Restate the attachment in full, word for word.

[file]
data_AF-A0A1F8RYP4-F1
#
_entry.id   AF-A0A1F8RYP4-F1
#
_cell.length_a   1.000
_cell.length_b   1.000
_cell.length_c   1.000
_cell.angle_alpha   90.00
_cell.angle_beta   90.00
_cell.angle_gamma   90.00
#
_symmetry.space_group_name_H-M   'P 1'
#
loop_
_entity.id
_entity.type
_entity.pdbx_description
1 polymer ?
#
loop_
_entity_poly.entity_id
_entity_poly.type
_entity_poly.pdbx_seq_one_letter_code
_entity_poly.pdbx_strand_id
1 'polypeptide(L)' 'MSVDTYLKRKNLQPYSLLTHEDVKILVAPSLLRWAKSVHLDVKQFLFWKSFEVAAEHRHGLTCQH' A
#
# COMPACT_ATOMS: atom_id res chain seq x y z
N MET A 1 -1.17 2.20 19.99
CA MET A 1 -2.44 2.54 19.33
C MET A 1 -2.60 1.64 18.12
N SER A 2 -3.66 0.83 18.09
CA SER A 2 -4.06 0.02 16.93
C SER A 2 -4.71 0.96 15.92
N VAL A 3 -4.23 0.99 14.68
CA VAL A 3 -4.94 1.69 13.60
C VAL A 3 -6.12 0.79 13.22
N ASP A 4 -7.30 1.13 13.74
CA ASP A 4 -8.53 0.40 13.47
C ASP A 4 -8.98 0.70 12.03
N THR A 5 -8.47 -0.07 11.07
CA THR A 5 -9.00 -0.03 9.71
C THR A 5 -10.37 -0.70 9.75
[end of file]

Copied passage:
data_AF-A0A1F8RYP4-F1
#
_entry.id   AF-A0A1F8RYP4-F1
#
_cell.length_a   1.000
_cell.length_b   1.000
_cell.length_c   1.000
_cell.angle_alpha   90.00
_cell.angle_beta   90.00
_cell.angle_gamma   90.00
#
_symmetry.space_group_name_H-M   'P 1'
#
loop_
_entity.id
_entity.type
_entity.pdbx_description
1 polymer ?
#
loop_
_entity_poly.entity_id
_entity_poly.type
_entity_poly.pdbx_seq_one_letter_code
_entity_poly.pdbx_strand_id
1 'polypeptide(L)' 'MSVDTYLKRKNLQPYSLLTHEDVKILVAPSLLRWAKSVHLDVKQFLFWKSFEVAAEHRHGLTCQH' A
#
# COMPACT_ATOMS: atom_id res chain seq x y z
N MET A 1 -1.17 2.20 19.99
CA MET A 1 -2.44 2.54 19.33
C MET A 1 -2.60 1.64 18.12
N SER A 2 -3.66 0.83 18.09
CA SER A 2 -4.06 0.02 16.93
C SER A 2 -4.71 0.96 15.92
N VAL A 3 -4.23 0.99 14.68
CA VAL A 3 -4.94 1.69 13.60
C VAL A 3 -6.12 0.79 13.22
N ASP A 4 -7.30 1.13 13.74
CA ASP A 4 -8.53 0.40 13.47
C ASP A 4 -8.98 0.70 12.03
N THR A 5 -8.47 -0.07 11.07
CA THR A 5 -9.00 -0.03 9.71
C THR A 5 -10.37 -0.70 9.75